As the trial into Michael Jackson's death draws to a close, the man at the centre of the accusations has revealed he won't take to the stand.
When asked by the judge if he intended to give evidence, Dr Conrad Murray held his hands over his mouth in a praying gesture.
He paused and looked at his lawyers before saying: "My decision is I will not testify in this matter."
When pressed on whether he understood the repercussions of his decision, the judge concluded that the defendant had made his choice "freely and explicitly".
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There had been speculation on whether Dr Murray would take the stand since the defence began their case last week.
On Monday, the medic told the court that he still hadn't made a decision on whether he would testify.
Prosecutors claim that Dr Murray administered the fatal dose of the anaesthetic propofol which killed the king of pop in June 2009.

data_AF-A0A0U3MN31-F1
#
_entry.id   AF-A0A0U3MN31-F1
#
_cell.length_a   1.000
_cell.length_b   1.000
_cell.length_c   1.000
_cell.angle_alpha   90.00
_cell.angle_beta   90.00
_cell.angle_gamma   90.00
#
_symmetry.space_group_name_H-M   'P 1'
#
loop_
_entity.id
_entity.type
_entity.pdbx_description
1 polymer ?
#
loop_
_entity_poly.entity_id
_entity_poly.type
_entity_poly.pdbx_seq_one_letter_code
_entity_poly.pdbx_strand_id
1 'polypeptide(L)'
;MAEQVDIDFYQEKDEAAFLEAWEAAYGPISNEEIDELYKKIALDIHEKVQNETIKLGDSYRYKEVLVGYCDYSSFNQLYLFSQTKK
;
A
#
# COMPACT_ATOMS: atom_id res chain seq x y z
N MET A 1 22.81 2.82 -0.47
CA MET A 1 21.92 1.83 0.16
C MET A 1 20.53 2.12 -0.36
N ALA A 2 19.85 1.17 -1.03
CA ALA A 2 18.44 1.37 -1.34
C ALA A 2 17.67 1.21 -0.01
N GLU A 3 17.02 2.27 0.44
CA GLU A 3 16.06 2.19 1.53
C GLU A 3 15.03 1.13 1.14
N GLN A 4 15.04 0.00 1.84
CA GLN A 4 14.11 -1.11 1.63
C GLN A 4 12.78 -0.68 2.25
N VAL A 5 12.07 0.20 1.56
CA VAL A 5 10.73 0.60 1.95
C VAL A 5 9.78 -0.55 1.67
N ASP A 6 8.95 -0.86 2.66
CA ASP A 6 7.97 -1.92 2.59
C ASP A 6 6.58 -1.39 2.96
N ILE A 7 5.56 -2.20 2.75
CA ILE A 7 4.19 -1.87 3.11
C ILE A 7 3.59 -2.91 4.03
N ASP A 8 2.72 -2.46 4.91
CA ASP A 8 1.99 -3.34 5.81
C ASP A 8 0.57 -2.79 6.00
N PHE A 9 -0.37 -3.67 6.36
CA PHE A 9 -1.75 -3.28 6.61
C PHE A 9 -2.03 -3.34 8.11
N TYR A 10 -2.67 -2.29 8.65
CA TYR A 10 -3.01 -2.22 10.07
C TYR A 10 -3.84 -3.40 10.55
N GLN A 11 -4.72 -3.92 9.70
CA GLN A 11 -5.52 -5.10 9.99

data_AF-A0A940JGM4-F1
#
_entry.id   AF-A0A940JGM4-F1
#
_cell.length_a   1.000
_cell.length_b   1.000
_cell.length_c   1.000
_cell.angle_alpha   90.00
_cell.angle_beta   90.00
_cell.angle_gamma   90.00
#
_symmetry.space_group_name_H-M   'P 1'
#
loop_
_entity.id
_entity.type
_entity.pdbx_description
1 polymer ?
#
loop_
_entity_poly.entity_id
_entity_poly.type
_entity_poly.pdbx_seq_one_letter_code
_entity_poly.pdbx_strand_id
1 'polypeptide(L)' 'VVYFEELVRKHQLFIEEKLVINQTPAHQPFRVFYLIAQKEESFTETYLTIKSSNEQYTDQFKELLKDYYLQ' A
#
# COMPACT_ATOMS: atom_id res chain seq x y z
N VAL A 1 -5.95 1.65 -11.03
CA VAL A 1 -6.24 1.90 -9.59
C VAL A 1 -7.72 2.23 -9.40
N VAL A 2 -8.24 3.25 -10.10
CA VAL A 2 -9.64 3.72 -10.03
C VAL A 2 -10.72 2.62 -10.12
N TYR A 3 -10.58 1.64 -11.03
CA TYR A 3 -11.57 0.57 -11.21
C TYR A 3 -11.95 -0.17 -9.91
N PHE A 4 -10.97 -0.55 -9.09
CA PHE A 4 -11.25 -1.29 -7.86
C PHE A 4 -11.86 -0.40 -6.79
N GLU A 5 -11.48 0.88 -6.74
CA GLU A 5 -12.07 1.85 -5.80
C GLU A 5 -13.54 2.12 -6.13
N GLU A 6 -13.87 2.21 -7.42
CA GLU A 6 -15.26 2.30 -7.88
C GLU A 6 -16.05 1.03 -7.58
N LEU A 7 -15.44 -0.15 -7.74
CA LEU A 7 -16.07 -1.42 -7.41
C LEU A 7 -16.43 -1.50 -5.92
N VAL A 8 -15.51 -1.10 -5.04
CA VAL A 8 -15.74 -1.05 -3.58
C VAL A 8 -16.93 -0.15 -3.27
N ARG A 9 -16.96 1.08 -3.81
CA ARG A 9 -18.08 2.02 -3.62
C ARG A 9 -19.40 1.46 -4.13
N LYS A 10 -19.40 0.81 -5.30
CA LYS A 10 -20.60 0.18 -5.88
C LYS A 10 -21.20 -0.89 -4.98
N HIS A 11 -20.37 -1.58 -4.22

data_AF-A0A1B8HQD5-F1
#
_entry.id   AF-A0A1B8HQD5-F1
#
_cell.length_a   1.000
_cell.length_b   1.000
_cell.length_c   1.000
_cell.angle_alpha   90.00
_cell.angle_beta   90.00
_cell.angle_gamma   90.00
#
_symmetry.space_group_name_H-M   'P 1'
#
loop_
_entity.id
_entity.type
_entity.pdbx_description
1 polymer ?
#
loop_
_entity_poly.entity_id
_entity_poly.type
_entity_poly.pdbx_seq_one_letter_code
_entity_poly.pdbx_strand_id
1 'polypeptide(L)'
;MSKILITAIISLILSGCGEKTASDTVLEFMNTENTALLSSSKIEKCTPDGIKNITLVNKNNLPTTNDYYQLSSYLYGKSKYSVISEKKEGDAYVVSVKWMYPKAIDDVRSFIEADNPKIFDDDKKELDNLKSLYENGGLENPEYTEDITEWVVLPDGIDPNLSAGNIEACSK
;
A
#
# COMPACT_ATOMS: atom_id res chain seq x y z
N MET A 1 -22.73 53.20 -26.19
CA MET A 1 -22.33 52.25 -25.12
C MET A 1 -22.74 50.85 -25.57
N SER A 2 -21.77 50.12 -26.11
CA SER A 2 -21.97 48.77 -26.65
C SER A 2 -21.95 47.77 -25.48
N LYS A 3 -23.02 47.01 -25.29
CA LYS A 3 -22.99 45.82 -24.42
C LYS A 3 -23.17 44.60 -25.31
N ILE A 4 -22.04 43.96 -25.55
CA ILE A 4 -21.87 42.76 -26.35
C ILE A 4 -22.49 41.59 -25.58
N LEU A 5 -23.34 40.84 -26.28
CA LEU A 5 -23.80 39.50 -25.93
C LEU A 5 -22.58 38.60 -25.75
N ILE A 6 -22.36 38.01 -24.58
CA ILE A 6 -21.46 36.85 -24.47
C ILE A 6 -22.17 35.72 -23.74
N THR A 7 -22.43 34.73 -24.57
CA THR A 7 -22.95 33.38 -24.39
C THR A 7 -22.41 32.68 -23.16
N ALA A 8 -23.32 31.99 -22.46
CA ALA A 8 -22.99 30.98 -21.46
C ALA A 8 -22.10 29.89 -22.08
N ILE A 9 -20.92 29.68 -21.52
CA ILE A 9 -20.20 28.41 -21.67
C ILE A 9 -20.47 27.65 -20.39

His defence team have countered their claims, painting the cardiologist as a thorough and caring professional who took risks to help the poor.
Last week, Las Vegas resident Andrew Guest, 48, told jurors: "I believe that Dr Murray is not getting a fair shake."
"I believe he needs support. I am alive today because of that man."
The physician has pleaded not guilty to involuntary manslaughter.
He could face up to four years behind bars and the loss of his medical licence if found guilty.
Closing arguments in the six-week case will begin on Thursday.